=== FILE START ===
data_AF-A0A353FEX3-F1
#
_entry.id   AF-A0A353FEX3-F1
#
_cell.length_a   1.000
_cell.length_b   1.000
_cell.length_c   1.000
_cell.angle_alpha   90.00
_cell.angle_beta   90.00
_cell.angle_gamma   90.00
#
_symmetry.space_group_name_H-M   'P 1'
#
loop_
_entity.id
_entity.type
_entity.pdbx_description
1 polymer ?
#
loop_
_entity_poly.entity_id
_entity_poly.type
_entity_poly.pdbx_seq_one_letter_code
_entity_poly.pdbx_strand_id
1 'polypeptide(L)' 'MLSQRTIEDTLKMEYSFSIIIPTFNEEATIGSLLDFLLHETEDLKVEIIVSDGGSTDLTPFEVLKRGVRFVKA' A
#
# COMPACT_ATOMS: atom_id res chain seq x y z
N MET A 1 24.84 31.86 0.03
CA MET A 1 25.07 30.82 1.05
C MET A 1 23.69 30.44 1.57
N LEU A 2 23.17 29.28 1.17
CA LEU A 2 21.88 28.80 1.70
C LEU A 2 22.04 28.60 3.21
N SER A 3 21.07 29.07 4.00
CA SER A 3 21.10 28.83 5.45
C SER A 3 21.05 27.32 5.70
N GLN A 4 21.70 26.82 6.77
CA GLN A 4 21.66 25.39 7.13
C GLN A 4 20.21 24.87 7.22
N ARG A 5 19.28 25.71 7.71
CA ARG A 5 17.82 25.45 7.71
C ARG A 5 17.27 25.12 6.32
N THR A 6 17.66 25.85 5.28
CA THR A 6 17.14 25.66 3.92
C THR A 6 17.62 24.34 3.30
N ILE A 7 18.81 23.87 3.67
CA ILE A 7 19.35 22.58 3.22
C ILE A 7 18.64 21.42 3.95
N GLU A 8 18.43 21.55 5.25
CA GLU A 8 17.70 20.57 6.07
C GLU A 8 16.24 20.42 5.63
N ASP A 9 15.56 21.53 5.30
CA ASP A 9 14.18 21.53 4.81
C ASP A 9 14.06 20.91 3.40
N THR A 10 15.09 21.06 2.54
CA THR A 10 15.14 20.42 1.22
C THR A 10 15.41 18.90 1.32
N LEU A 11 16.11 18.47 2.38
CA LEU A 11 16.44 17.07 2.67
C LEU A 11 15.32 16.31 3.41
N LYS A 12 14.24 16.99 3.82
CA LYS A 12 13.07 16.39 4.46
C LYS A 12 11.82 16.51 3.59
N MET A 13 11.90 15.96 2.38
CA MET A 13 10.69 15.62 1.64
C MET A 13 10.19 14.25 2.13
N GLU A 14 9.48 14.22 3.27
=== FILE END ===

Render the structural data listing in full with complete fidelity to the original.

data_AF-A0A353FEX3-F1
#
_entry.id   AF-A0A353FEX3-F1
#
_cell.length_a   1.000
_cell.length_b   1.000
_cell.length_c   1.000
_cell.angle_alpha   90.00
_cell.angle_beta   90.00
_cell.angle_gamma   90.00
#
_symmetry.space_group_name_H-M   'P 1'
#
loop_
_entity.id
_entity.type
_entity.pdbx_description
1 polymer ?
#
loop_
_entity_poly.entity_id
_entity_poly.type
_entity_poly.pdbx_seq_one_letter_code
_entity_poly.pdbx_strand_id
1 'polypeptide(L)' 'MLSQRTIEDTLKMEYSFSIIIPTFNEEATIGSLLDFLLHETEDLKVEIIVSDGGSTDLTPFEVLKRGVRFVKA' A
#
# COMPACT_ATOMS: atom_id res chain seq x y z
N MET A 1 24.84 31.86 0.03
CA MET A 1 25.07 30.82 1.05
C MET A 1 23.69 30.44 1.57
N LEU A 2 23.17 29.28 1.17
CA LEU A 2 21.88 28.80 1.70
C LEU A 2 22.04 28.60 3.21
N SER A 3 21.07 29.07 4.00
CA SER A 3 21.10 28.83 5.45
C SER A 3 21.05 27.32 5.70
N GLN A 4 21.70 26.82 6.77
CA GLN A 4 21.66 25.39 7.13
C GLN A 4 20.21 24.87 7.22
N ARG A 5 19.28 25.71 7.71
CA ARG A 5 17.82 25.45 7.71
C ARG A 5 17.27 25.12 6.32
N THR A 6 17.66 25.85 5.28
CA THR A 6 17.14 25.66 3.92
C THR A 6 17.62 24.34 3.30
N ILE A 7 18.81 23.87 3.67
CA ILE A 7 19.35 22.58 3.22
C ILE A 7 18.64 21.42 3.95
N GLU A 8 18.43 21.55 5.25
CA GLU A 8 17.70 20.57 6.07
C GLU A 8 16.24 20.42 5.63
N ASP A 9 15.56 21.53 5.30
CA ASP A 9 14.18 21.53 4.81
C ASP A 9 14.06 20.91 3.40
N THR A 10 15.09 21.06 2.54
CA THR A 10 15.14 20.42 1.22
C THR A 10 15.41 18.90 1.32
N LEU A 11 16.11 18.47 2.38
CA LEU A 11 16.44 17.07 2.67
C LEU A 11 15.32 16.31 3.41
N LYS A 12 14.24 16.99 3.82
CA LYS A 12 13.07 16.39 4.46
C LYS A 12 11.82 16.51 3.59
N MET A 13 11.90 15.96 2.38
CA MET A 13 10.69 15.62 1.64
C MET A 13 10.19 14.25 2.13
N GLU A 14 9.48 14.22 3.27